The 4-page article, Finding a Seat for Social Justice at the Table of Dialogue and Deliberation (2014), was written by David Schoem and published in the Journal of Public Deliberation: Vol. 10: Iss. 1. In the article, Schoem discusses the relationships that many dialogue and deliberation organizations have toward social justice. Many D&D organizations have a tendency to shy away from social justice in an effort to maintain neutrality. Schoem puts forth three arguments that “the field needs to 1) work intentionally for social justice and serving the public good for a strong, diverse democracy, 2) confront the illusion of neutrality, and 3) address issues of privilege and power. ”
Read the article in full below and find the PDF available for download on the Journal of Public Deliberation site here.
From the article…
First, most people, whatever language they choose to use, regardless of their political affiliation, perspective, or point of view, share a hope for a better society and believe in a more just world. To use the foundation of a just society or a better world as a common starting point allows for purposeful dialogue and is an invitation to a wide range of people, perspectives and viewpoints. Even the Pledge of Allegiance speaks of “liberty and justice for all,” so it’s surprising that those words are too often taken off the table in dialogue and deliberation organizations because they are seen as “too political.” To ignore social justice serves only to diminish the opportunity and promise that dialogue and deliberation have to offer.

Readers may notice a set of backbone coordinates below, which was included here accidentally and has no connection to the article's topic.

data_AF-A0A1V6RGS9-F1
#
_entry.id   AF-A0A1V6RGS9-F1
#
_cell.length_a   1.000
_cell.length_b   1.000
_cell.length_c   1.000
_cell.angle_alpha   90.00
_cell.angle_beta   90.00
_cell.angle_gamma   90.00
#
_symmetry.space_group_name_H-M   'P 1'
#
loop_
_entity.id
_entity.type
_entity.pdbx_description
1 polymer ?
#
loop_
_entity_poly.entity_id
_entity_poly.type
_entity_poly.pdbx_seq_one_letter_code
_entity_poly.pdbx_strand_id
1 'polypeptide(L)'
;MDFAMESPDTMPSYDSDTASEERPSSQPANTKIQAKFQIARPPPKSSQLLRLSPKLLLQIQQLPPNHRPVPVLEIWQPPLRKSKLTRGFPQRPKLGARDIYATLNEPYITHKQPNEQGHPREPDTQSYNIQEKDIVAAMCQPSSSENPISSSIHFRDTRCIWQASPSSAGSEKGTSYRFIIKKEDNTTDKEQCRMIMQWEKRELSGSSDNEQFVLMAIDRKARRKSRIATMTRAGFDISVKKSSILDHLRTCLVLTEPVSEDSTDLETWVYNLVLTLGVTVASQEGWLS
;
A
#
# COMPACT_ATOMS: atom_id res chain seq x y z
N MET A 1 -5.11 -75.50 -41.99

Second, ignoring inequity and inequality predictably leads to the marginalization and exclusion of less privileged groups and those expressing unpopular opinions. Rather than opening the door to open discussion and dialogue by invoking a value of neutrality, when issues of social justice are left off the table it signals to people who are concerned with such issues that the conversation will support the status quo, that substantive change will not result, and that they are unwelcome at the table.
Third, declaring an approach of neutrality, without accounting for power and privilege, almost always privileges those in power. The invocation of unexamined neutrality ignores the power relations embedded in social issues, makes invisible the privilege and power of members of different social identities actually participating in any dialogue and deliberation, and serves to silence less privileged voices. To presume a priori an approach of neutrality mistakenly creates an unequal situation from the outset. (more…)